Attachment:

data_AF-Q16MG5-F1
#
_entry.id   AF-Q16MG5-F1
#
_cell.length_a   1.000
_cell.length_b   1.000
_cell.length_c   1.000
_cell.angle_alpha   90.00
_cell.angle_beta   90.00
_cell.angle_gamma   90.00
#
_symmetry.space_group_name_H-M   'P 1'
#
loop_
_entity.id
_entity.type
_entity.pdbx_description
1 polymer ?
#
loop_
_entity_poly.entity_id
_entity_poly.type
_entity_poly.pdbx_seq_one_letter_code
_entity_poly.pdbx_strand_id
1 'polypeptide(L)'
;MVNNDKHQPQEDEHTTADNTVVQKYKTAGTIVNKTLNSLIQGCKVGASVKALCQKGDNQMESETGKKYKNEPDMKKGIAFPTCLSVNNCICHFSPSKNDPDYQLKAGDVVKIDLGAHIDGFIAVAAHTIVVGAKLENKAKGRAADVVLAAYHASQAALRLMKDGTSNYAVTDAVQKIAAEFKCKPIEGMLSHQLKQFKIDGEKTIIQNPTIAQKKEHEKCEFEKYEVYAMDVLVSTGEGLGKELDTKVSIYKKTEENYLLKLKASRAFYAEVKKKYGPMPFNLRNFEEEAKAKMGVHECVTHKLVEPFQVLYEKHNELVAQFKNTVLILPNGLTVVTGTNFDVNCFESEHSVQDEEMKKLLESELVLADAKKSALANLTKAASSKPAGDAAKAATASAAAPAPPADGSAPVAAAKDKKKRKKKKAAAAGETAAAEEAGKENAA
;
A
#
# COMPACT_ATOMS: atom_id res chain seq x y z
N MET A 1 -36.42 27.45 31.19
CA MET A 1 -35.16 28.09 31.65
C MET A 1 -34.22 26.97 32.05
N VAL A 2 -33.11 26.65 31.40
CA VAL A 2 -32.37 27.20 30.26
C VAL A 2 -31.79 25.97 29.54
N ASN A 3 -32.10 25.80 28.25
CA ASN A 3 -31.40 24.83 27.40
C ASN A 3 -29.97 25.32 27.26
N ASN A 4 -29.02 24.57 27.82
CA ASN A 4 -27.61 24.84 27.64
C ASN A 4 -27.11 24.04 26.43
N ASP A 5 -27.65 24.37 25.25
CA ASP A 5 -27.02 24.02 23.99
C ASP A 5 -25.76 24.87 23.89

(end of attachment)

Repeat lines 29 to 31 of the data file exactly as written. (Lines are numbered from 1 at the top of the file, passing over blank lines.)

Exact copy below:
#
# COMPACT_ATOMS: atom_id res chain seq x y z
N MET A 1 -36.42 27.45 31.19